Ms Patten (Northern Metropolitan) — My adjournment matter is for the Minister for Agriculture, Ms Pulford. The action I call for from the minister is to examine the feasibility of legislation to create mandatory reporting of cases of suspected animal abuse — —
The PRESIDENT — Order! Under the standing orders Ms Patten is not allowed to call for legislation, and therefore for a review of legislation, so I wonder if she could change her action.
Ms Patten— Thank you, President. I will reword that. The action I call for is that the minister look at how we deal with the cases of animal abuse that are being seen by vets.
In situations of family violence, victims may extend beyond human families. In a 2014 survey by Dr Lydia Tong of the University of Sydney she found that 70 per cent of women escaping violent homes also reported pet abuse. Long the subject of academic research and discussion, the use of threats and violence against pets as a form of control has a firm place in the domestic violence discourse. Some reports have indicated that vets may in fact be the first to discover such cases of domestic violence.
While seeking support from a doctor at times is very difficult for those experiencing family violence, they will take their beloved pet to see the vet. Where a non-accidental injury is encountered, there is currently a requirement for such a case to be reported. I recently visited Lort Smith Animal Hospital, where staff told me of cases where people brought dogs in saying the dog ran into a door or got hit by a car, and the injuries certainly did not match what was being reported.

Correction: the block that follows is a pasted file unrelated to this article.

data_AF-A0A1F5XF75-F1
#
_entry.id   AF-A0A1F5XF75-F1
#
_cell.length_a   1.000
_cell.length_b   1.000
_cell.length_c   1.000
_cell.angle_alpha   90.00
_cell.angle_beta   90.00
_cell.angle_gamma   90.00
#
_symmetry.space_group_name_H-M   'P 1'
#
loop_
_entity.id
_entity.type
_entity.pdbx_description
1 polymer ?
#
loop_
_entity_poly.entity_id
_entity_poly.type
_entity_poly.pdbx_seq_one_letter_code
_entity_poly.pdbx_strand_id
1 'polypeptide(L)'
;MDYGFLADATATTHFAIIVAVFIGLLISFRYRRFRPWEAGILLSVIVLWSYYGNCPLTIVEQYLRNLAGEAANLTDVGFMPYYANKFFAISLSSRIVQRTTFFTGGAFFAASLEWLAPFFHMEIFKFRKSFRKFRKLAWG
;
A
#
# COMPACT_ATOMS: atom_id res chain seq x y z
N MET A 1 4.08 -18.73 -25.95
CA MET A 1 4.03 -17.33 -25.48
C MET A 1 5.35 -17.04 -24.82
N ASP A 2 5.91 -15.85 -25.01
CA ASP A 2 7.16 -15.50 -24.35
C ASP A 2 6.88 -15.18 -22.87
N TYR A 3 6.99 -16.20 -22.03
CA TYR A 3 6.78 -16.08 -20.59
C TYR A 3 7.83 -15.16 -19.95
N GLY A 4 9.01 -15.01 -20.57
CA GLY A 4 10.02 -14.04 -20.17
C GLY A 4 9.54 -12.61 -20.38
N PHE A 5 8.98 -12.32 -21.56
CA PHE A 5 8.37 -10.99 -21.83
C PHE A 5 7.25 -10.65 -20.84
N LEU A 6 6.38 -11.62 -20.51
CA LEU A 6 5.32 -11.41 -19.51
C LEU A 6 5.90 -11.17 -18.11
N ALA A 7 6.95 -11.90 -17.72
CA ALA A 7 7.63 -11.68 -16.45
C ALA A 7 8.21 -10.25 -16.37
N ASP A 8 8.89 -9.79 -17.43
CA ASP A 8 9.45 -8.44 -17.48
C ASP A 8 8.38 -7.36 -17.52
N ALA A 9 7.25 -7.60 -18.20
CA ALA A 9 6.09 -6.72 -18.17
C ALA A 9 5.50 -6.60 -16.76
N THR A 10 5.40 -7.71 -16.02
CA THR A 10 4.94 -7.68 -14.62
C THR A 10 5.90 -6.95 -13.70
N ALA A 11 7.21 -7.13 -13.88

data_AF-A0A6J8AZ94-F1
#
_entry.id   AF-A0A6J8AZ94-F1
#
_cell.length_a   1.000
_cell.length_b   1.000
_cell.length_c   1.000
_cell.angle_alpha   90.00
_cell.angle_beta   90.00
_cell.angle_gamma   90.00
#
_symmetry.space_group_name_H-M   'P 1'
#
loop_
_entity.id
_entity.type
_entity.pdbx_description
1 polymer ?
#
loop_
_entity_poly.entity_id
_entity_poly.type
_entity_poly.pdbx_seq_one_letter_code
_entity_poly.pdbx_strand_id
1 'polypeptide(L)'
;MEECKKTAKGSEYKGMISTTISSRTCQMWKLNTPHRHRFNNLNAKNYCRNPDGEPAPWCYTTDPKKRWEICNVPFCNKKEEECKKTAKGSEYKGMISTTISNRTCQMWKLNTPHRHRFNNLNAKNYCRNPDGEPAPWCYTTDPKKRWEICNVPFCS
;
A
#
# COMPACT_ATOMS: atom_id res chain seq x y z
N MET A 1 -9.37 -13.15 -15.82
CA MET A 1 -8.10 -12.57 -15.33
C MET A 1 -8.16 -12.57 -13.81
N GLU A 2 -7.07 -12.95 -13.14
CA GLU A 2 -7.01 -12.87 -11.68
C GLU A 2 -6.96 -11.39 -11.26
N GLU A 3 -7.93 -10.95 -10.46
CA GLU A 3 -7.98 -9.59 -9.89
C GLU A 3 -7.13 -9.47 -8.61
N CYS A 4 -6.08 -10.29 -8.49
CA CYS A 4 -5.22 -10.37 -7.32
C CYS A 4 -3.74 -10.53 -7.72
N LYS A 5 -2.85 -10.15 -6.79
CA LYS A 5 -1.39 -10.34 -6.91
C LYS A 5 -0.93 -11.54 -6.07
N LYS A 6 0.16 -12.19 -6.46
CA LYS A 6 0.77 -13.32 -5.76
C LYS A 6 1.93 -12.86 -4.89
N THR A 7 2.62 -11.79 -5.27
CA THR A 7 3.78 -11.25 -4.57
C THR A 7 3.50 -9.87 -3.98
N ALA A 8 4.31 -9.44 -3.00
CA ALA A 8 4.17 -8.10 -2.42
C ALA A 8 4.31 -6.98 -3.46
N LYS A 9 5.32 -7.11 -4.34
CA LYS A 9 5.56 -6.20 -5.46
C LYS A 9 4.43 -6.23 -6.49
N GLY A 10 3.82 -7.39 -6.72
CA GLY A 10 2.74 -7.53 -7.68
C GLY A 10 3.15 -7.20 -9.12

The Australian Veterinary Association includes the reporting of animal abuse in its guidelines but also maintains the importance of states developing some form of statutory protection against litigation and other reprisals against veterinarians in such cases. Currently vets who suspect cruelty should report it to the responsible authority, but in most cases they do not.
The action I am seeking is that the minister consider how we deal with cases of animal cruelty where the vet believes them to be linked to domestic violence and how we might be able to realise that these are indicators of domestic violence and that these — —
The PRESIDENT — Order! I thank the member. I am actually reminded by the Clerk that it is not a standing order that prevents calling for legislation but a Ruling from the Chair that goes back with precedent for quite a few presidents, so it is a practice of the house, if you like.